Buddhist Temple to Open Tripitaka Koreana to the Public for the First Time

Buddhist Temple to Open Tripitaka Koreana to the Public for the First Time




Following the loss of the original Tripitaka to fire during the Mongolian invasion of the kingdom in 1232, Gojong ordered the woodblocks to be remade…


Ven. @sujato is ahead of the game.


Oh wow, this is amazing. Something to look forward to, if travel ever becomes a thing again.


Buddhist scripts printed from Tripitaka Koreana dried in sunlight for first time

In the Goryeo and Joseon Dynasties, scripts were taken out and dried in the sun to preserve them.
This week, a Buddhist temple is performing the same ritual on its scripts printed directly from the Tripitaka Koreana wooden blocks… over a hundred years ago.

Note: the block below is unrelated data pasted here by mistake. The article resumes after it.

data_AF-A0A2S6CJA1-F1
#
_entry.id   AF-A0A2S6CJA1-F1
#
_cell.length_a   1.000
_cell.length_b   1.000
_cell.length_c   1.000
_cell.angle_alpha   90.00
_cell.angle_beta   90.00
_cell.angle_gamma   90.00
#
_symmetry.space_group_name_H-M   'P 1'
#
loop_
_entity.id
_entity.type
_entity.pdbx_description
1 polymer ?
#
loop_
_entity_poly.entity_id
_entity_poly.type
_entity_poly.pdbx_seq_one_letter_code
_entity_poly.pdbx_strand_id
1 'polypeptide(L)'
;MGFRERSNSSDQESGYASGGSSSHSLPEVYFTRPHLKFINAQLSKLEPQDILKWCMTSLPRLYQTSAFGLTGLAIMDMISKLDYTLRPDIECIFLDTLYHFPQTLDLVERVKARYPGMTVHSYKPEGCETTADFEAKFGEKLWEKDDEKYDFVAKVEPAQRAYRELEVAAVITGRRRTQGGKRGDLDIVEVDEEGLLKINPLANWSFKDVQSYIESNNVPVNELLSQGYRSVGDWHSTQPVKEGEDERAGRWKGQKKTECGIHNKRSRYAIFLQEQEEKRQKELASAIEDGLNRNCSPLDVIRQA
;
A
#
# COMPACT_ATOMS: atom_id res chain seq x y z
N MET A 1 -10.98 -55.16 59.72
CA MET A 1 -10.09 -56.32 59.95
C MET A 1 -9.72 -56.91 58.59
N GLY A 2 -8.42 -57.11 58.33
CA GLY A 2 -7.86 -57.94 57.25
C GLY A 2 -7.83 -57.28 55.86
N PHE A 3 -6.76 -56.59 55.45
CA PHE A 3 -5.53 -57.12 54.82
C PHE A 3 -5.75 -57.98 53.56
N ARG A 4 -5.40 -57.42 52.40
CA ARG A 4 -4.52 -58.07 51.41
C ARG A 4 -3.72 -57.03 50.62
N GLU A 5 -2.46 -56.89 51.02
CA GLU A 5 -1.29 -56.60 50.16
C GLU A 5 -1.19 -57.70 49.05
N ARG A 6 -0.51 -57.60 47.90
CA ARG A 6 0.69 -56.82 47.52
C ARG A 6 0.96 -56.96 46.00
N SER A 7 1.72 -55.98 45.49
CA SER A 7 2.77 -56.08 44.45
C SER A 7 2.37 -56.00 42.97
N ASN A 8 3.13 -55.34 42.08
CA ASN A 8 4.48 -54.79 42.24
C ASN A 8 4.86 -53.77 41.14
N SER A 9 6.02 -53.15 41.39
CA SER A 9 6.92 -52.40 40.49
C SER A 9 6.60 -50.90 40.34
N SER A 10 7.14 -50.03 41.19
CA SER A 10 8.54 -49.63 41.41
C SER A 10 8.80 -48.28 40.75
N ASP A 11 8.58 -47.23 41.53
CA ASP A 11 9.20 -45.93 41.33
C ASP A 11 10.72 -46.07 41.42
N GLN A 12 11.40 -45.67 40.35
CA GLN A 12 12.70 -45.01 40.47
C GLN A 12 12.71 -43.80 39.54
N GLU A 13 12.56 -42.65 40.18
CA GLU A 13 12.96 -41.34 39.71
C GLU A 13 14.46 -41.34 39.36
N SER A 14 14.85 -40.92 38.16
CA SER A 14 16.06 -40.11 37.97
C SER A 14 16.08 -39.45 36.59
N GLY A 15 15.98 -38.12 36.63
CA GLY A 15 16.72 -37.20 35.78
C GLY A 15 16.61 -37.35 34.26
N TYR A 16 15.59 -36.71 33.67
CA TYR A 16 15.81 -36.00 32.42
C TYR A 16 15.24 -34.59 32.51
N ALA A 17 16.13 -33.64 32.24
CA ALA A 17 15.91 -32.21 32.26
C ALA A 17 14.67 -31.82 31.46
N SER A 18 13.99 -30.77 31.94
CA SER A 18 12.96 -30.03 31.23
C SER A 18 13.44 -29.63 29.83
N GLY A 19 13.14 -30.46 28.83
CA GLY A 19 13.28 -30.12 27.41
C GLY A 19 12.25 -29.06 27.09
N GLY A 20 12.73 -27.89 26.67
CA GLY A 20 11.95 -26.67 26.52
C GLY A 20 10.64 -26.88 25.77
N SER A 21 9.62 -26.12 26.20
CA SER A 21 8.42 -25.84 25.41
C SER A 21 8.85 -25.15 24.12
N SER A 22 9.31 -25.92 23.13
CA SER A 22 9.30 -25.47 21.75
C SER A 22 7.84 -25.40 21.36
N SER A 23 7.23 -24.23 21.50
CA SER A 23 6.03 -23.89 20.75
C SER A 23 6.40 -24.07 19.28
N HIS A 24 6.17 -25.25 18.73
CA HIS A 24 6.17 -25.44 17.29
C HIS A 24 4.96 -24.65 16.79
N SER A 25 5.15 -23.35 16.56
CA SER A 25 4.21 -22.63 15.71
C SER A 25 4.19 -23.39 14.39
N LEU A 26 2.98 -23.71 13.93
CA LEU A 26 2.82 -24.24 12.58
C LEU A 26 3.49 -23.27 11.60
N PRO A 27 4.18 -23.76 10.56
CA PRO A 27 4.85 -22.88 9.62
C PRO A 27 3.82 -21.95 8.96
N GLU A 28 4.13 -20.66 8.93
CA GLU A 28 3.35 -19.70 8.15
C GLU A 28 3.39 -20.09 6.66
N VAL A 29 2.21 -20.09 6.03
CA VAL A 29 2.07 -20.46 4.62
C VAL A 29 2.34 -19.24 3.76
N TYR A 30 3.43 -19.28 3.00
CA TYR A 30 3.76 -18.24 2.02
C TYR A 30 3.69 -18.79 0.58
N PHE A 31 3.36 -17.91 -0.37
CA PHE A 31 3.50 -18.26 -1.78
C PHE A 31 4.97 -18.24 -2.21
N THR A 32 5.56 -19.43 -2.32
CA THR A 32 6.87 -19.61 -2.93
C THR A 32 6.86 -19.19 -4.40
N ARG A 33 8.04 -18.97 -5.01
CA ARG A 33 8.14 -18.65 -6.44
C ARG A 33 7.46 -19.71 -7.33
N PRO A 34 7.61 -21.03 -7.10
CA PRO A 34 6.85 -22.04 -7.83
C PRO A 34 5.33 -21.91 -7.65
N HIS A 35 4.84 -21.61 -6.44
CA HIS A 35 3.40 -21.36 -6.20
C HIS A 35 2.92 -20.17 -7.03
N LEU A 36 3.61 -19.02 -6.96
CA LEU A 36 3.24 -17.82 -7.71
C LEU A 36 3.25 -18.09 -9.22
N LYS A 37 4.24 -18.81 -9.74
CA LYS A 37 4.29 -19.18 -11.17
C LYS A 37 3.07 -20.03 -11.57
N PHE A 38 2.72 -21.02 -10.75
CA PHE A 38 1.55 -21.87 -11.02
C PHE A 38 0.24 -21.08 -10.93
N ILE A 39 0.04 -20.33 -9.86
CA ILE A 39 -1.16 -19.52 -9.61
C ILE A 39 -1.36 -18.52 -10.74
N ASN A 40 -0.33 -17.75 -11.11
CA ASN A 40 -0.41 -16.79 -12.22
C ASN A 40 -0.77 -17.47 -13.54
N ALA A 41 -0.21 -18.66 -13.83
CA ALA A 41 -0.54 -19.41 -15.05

Han Seong-woo files us this report.
For the first time in 123 years, monks at Haeinsa Temple in South Korea’s Gyeongsangnam-do Province took its collection of 1,270 volumes of scripts from the shelves on Thursday to traditionally dry them under the sun.
The scripts were originally printed from the Tripitaka Koreana wooden blocks, a national treasure.

“‘Sun yearning’ is not only about reading the tripitaka itself but engraving its teachings onto our minds.”



An extensive Twitter thread on the Tripitaka Koreana:


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Does it include the Pali canon and the majority of the Sanskrit text?

No, it contains the “Chinese” canon, which consists of:

  • early Indic texts parallel to the pali suttas
  • later Indic texts comparable to the Abhidhamma and commentaries
  • Mahayana sutras
  • Treatises composed in China
  • lots of other things!

As students of early Buddhism, we are mainly interested in the Agama and Vinaya literature, which are similar to what is found in Pali. They were translated into Chinese, mostly around the 4th-5th century CE.

There are no texts in Pali/Sanskrit, it is all translation.

The Tipitaka Koreana was made into a printed edition known as the Taisho canon in the early 20th century, and that has been digitized. So the Chinese texts on SuttaCentral come from the Tipitaka Koreana.